Steve Lieberman Thrashes Tchaikovsky!

Tchaikovsky’s 1812 Overture – often slammed for being a patchwork of bombastic clichés – is in fact a tautly crafted and immensely exciting piece for large orchestra, cathedral bells,...

Tchaikovsky’s 1812 Overture – often slammed for being a patchwork of bombastic clichés – is in fact a tautly crafted and immensely exciting piece for large orchestra, cathedral bells, and muzzle-loaded cannon. The work makes use of Russian and French anthems and a folk hymn. The overture is best known for its climactic volley of cannon fire, ringing chimes, and brass fanfare finale was conducted by Tchaikovsky himself in 1891 at the dedication of Carnegie Hall. The 1812 Overture went on to become one of Tchaikovsky’s most popular works, along with his ballet scores to The Nutcracker, The Sleeping Beauty, and Swan Lake.

Many otherwise serious and sophisticated listeners consider it the premier fun piece of concert music. The schizophrenic tendency and bombast of the work, makes it yet another appetizing vehicle for Steve Lieberman the Gangsta Rabbi, and his set of thrash guitars, basses, alto, tenor and bass trombones, alto recorder, flutes, trumpet, clarinet, Bb French Horn, tenor tuba, melodica and beats.

“THE GANGSTA RABBI’S THRASH OPUS-YEAR 1812 SOLEMN FESTIVAL.OVERTURE IN Eb MAJOR” consists of eight pieces of music in Steve Lieberman’s signature style. Melody and dissonance clash in a festival of symphonic thrash, black metal and punk soundscapes. Opening with “OPUS# 43-1st SOLENNELLE”, the work sets about reimaging the story which depicts the Russians as bucolic, peaceful folk upon whom is suddenly thrust a war of aggression at the hands of the invading conqueror, Napoleon Bonaparte.

Lieberman let’s his imagination run wild and his instrumentation even wilder. Fragments of the original music can be heard but rather than the melodic orchestral music, Lieberman uses blunt instruments and savage thrusts. The work erupts into successive passages of angry conflict and repetition of bits of themes among shattered fragments of bone-crushing music suggesting the random violence of war.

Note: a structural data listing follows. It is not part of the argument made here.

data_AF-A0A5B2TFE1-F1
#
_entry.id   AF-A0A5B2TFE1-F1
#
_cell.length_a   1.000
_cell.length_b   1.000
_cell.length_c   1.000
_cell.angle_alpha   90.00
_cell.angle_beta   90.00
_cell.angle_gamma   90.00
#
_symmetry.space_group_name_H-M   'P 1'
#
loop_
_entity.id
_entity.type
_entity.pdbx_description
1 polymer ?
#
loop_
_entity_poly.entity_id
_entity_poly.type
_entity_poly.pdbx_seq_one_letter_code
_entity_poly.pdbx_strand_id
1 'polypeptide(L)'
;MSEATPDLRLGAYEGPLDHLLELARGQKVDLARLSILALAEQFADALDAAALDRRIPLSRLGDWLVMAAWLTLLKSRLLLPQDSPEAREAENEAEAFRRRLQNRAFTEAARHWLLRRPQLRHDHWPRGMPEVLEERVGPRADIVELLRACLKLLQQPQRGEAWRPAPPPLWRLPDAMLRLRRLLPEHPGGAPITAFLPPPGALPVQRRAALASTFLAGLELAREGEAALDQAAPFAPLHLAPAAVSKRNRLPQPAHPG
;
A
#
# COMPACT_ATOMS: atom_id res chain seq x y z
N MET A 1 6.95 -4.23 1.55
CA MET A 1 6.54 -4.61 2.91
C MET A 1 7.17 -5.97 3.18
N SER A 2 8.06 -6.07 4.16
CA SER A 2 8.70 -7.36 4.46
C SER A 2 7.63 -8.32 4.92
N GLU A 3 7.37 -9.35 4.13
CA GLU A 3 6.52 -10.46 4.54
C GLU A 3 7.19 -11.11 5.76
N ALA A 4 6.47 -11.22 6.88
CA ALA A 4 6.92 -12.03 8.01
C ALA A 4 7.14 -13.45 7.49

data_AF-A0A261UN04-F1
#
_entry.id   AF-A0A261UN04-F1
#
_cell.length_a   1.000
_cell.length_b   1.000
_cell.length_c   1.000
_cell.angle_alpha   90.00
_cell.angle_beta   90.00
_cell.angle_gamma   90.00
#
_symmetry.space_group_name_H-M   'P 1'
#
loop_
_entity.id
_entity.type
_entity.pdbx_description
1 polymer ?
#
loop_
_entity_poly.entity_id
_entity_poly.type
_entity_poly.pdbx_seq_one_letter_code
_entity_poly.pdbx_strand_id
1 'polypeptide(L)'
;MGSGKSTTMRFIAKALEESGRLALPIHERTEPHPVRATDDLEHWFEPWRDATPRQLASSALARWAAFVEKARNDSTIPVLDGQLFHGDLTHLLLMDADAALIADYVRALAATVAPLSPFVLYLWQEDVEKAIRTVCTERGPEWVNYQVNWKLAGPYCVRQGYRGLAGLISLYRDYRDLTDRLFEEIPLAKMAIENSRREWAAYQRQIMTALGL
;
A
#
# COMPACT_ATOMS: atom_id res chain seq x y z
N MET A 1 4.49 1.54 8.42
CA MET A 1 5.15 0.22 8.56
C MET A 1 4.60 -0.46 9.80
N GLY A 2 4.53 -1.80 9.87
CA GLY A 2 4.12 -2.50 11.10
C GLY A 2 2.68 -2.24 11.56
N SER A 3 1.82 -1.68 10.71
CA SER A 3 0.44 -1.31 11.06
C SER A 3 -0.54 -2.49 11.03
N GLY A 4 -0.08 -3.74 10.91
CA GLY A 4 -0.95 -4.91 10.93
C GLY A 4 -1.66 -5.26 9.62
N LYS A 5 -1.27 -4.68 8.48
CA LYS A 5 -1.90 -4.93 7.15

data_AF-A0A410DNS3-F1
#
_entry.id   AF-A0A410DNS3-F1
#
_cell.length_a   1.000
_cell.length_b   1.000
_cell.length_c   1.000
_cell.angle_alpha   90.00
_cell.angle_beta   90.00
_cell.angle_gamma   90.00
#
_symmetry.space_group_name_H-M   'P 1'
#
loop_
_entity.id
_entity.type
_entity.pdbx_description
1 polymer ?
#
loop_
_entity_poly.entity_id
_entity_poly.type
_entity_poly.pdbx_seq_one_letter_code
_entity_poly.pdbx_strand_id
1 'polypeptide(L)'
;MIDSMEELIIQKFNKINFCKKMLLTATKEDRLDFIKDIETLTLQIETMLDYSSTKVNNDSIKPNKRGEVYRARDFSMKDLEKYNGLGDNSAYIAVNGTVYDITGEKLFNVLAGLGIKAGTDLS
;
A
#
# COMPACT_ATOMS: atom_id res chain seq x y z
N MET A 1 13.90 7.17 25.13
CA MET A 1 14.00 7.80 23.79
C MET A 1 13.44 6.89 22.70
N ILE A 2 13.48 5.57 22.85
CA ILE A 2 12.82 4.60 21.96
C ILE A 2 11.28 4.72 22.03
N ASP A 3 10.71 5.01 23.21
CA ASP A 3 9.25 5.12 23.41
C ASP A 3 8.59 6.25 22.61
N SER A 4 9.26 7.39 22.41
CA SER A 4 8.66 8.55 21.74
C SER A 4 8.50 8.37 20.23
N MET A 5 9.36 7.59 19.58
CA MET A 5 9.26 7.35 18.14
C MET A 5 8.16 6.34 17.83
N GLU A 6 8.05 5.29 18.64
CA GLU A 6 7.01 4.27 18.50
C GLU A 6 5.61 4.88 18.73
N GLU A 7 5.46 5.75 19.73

Eventually, a stirring fanfare of crushing guitars call forth the monstrous cadenza of “OPUS #44- RUSSIAN FOLK SONG” which swarms over the work before bursting into an incredibly expansive “OPUS # 45-2ND SOLENNELLE”, which in turn then joins with the portentous arrangement of  “OPUS #46-THE BATTLE oF BORODINO”, to complete the first half of the recording. The work plays out effectively by maintaining the pace to build tension and energy.

Even though the work evolves in its own sonic lane, far removed from Classical or Orchestral music, it contains the same emotional vectors found in Tchaikovsky’s music, and leaps to life in properly realized original performances.

Ensnared by Steve Lieberman’s blunt instrumental charm on OPUS #47-3RD SOLENNELLE” and OPUS 48 THEMA AUS OVERTURE”, listeners will be reeled in with interpretations of Tchaikovsky’s music that swells with dramatic ardor.

“OPUS #43,48-9-BATALLION CLOSER /FANFARE” and finally, “YEAR 1812 FESTIVAL THRASH OVERTURE IN EbMAJOR ALL OPUS”, offer more crackling, grandiose musical renditions roaring with excitement.

“THE GANGSTA RABBI’S THRASH OPUS-YEAR 1812 SOLEMN FESTIVAL.OVERTURE IN Eb MAJOR” thrusts about with lilting rhythm and glitters brilliantly with the full force of Tchaikovsky’s orchestral mastery. Maybe a few notches louder than any symphony orchestra could ever play, and a lot more dissonant than Tchaikovsky himself may have expected from the 21st Century.

Though he transcended stereotypes of classical music, he obviously had no idea of the forthcoming existence rock guitars, and more importantly, the fact that some Jewish kid by the name of Steve Lieberman would eventually have the courage to fuck around with the sound of trombones, flutes, and clarinets to this extent!

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